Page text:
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Improving wait time from referral to opiate replacement therapy in a drug recovery service
  1. Michelle Beattie1,
  2. Gavin Hookway2,
  3. Michael Perera3,
  4. Suzy Calder4,
  5. Carolyn Hunter-Rowe5,
  6. Hugo van Woerden6,7
  1. 1 Department of Nursing, University of the Highlands and Islands, Inverness, Scotland
  2. 2 Kaizen Promotion Office (KPO), NHS Highland, Inverness, Scotland
  3. 3 Mental Health, LD and Drug and Alcohol Recovery Services, NHS Highland, Inverness, Scotland
  4. 4 Drug and Alcohol Recovery Services, NHS Highland, Inverness, Scotland
  5. 5 Highland Alcohol and Drugs Partnership, NHS Highland, Inverness, Scotland
  6. 6 Public Health Department, NHS Highland, Inverness, Scotland
  7. 7 School of Health, University of the Highlands and Islands, Inverness, Scotland
  1. Correspondence to Dr Michelle Beattie; michelle.beattie{at}


While the reported incidence of heroin use in the UK has reduced, related hospital admissions and associated mortality have continued to increase. Prompt access to treatment (opiate replacement therapy (ORT) and counselling support) have been shown to reduce risk and offer clients the optimal route to recovery. The Specialist Drug and Alcohol Recovery Service (Osprey House) within National Health Service Highland had lengthy delays from referral to commencing ORT (median wait 56 days), which this project aimed to reduce.

A rapid process improvement workshop (RPIW) was undertaken to redesign the patient pathway from referral to recovery. The RPIW consisted of three phases: phase I, planning and preparation (12 weeks before the workshop week); phase II, the workshop week; and phase III, the follow-up. Metrics included the lead time from referral to initiating ORT and other process measures at baseline, and then repeated at 30, 60, 90 and 180 days, respectively. Additionally, data were routinely collected on the percentage of clients treated within 3 weeks, as was weekly data on the new process of screening clients within 1 day of referral. Multiple lean tools and techniques, including Plan, Do, Study, Act cycles, were used to test and implement new ways of working.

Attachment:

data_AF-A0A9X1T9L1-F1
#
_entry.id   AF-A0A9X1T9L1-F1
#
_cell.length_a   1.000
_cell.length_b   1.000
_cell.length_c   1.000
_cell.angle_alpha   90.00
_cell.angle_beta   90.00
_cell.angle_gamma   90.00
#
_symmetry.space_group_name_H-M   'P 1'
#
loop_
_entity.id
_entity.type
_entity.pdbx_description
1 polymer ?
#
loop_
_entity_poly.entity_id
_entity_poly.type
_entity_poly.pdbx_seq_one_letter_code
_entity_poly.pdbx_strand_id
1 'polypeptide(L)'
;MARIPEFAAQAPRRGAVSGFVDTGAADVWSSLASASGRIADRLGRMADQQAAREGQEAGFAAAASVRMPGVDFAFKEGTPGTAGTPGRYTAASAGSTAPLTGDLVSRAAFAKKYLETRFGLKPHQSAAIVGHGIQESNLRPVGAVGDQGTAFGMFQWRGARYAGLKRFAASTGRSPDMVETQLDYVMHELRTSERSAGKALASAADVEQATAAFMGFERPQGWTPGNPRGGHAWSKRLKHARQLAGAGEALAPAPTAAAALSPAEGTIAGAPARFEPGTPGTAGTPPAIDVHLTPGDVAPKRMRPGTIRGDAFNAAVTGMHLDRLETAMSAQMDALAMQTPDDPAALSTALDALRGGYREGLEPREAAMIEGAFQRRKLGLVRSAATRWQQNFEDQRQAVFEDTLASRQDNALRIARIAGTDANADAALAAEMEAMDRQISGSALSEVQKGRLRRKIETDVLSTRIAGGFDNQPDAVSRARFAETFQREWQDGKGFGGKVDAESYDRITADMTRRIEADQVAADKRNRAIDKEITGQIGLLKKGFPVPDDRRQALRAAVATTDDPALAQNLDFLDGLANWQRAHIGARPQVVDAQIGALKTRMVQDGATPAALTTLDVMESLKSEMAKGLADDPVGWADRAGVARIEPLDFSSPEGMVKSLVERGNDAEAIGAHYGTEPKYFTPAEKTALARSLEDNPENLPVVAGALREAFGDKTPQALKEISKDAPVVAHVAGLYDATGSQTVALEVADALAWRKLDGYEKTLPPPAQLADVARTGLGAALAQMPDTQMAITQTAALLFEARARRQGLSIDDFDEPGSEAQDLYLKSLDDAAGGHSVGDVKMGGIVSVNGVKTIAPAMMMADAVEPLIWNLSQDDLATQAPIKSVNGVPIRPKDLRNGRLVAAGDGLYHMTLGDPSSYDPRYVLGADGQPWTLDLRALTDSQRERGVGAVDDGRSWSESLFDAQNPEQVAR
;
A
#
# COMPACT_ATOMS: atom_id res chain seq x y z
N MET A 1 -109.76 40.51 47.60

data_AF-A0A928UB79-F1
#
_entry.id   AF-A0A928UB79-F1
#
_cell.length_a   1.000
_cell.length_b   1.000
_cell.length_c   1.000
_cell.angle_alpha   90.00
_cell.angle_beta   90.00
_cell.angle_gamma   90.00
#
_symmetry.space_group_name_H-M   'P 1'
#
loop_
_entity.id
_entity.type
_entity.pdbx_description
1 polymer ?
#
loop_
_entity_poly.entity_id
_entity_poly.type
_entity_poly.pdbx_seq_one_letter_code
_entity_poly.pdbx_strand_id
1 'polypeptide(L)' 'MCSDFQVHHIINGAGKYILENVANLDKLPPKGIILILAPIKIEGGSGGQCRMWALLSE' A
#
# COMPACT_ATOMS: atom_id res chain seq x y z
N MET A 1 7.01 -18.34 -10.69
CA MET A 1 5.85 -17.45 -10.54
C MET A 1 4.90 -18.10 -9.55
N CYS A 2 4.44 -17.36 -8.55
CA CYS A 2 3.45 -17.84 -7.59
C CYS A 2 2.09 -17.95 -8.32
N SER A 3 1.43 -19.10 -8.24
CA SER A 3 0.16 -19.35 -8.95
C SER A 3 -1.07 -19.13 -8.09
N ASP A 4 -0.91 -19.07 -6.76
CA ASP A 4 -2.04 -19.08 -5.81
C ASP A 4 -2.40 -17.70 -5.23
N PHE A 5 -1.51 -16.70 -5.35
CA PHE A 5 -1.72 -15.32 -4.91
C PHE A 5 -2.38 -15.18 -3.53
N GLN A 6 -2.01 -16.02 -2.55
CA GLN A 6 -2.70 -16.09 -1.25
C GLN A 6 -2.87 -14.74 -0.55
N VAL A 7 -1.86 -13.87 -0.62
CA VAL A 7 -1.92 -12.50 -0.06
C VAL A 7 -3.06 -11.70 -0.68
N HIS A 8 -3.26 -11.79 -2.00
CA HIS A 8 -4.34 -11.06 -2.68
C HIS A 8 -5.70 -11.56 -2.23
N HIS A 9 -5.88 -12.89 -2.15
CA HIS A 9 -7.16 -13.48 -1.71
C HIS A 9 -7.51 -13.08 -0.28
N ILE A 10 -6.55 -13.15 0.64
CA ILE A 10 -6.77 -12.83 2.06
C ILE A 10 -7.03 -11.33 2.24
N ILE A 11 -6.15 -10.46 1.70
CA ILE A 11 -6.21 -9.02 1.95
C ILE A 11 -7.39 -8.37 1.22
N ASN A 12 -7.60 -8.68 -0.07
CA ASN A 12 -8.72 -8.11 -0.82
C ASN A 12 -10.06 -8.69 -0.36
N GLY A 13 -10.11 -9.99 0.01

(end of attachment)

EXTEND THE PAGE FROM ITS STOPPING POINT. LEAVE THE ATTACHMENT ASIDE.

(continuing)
Results at 180 days found the median time from referral to initiating ORT improved from a baseline of 56 to 21 days (63% improvement), room usage improved from 49% to 65% (32% increase) and standard work improved from level 1 to level 3. Increases in the number of clients treated within 3 weeks were demonstrated. Other metrics remained static or reported fluctuations too inconsistent to claim improvement at this point.

By applying the Lean principles of removing waste and increasing value, we have redesigned our service, reducing the length of time clients with drug problems wait from referral to commencing ORT.

  • lean management
  • patient-centred care
  • continuous quality improvement
  • mental health
  • healthcare quality improvement

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  • Contributors MB, GH, MP, SC and HVW designed the RPIW. GH coached MP and MB through all stages of the RPIW. SC was the process owner responsible for implementation of the improvement. MB and MP conducted data collection, observations and analysis. HVW provided strategic direction and oversight for the RPIW. CH-R provided data advice and run charts. MB drafted the paper and all authors revised before agreeing the final version.

  • Funding This research received no specific grant from any funding agency in the public, commercial or not-for-profit sectors.

  • Competing interests None declared.

  • Provenance and peer review Not commissioned; externally peer reviewed.

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